The Thol Bird Sanctuary is a shallow fresh-water lake that is known to play host to several local and migratory birds. It is surrounded by marshy land along with dense shrubs and trees. The aquatic vegetation in the lake and the fertile land and fields around it serve as excellent feeding grounds for the birds that inhabit this lake.
After having been created artificially in the early 1900’s to supply irrigation water to the surrounding villages, this lake was declared a Bird Sanctuary in 1988. Today, it is home to over 100 species of local and migratory birds which nest and breed along the periphery of the lake.
The Thol lake which is located just 30 kms from the city of Ahmedabad is accessible by road and as a result it is regularly frequented by picnickers and photographers alike. We however noticed that not all photographers at the lake were there for its birds rather they were occupied with pre-wedding and portfolio shoots.
While we were hoping to catch a glimpse of some large birds like Flamingos, Pelicans, Cranes including the Sarus Cranes, we were in for some bad luck as none seemed to be around. And since, we did not intend to stay for long, we decided to walk along the lake’s periphery to shoot some pics. While we did some photography, there weren’t any great shots or stories to tell.
The Yellow Wagtail which is also called as the Western Yellow Wagtail, roosts on trees, swamps and tall grass.
The Yellow Wagtail spends much of its time walking or running on the ground and as its name implies, it wags its tail from time to time.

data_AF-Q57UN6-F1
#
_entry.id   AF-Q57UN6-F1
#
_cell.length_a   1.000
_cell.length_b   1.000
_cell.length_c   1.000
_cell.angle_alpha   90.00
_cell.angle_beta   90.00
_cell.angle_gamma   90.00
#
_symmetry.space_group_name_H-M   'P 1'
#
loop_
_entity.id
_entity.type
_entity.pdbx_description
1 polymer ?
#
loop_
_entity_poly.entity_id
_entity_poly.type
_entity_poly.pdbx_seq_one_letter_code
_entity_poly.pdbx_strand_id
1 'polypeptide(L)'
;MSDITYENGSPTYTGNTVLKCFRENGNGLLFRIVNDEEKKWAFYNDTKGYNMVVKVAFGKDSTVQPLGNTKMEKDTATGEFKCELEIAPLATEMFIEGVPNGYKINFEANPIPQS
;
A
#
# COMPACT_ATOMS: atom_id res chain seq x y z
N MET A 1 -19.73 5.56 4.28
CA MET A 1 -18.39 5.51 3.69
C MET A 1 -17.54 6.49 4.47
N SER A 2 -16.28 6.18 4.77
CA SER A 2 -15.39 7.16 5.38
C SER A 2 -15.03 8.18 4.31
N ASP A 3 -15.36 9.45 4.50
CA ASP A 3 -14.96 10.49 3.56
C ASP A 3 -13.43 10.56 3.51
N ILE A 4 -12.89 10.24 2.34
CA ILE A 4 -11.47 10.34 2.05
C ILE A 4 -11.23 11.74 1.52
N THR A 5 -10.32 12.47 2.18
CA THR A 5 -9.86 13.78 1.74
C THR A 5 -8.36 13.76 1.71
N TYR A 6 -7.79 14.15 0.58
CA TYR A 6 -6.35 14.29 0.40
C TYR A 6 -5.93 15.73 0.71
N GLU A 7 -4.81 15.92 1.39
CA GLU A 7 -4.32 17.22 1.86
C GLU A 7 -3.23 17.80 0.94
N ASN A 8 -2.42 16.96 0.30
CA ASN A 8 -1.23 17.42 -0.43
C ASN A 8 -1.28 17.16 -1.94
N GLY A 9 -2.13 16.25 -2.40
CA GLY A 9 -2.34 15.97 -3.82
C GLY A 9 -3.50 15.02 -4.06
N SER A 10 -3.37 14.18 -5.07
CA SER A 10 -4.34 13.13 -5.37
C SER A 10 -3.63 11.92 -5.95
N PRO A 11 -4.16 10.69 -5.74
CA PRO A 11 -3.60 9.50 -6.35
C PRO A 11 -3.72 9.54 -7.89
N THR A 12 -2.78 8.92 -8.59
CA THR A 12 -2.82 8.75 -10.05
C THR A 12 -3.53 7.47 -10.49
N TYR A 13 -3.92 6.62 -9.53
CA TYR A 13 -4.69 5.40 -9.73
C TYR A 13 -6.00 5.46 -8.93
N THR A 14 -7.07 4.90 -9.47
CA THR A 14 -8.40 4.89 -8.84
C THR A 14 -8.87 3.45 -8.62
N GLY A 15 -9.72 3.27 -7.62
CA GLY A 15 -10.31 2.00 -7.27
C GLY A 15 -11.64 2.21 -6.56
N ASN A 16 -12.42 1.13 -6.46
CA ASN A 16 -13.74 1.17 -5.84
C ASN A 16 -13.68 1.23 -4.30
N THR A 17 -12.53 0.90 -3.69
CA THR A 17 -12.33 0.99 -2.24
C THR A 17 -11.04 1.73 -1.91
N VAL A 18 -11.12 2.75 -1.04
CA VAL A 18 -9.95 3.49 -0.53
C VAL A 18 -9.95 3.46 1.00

The Black Winged Stilt is generally found on the shores of inland water bodies or coastal habitats.
A Black Winged Stilt, also called Common Stilt or Pied Stilt has long distinctive legs that make up 60 per cent of its height.
Present in abundance in India, the Great Eastern Egret is also called as the White Heron.
The Grey Heron can be identified by its grey colouration, distinctive black strip across its eye and a black belly.
Herons retract their necks while in flight and this helps distinguish them from cranes and other large birds which generally stretch out their necks while flying.
The female Mallard Duck is smaller than its male counterpart and unlike the male with its iconic green head, has a brown speckled plumage.
The Mallard Duck is a dabbling duck that is often found head dipping or completely upending in the water.
The Comb Duck or Knob-Billed Duck gets its name from the large, fleshy, grey growth on the top of the male’s black beak.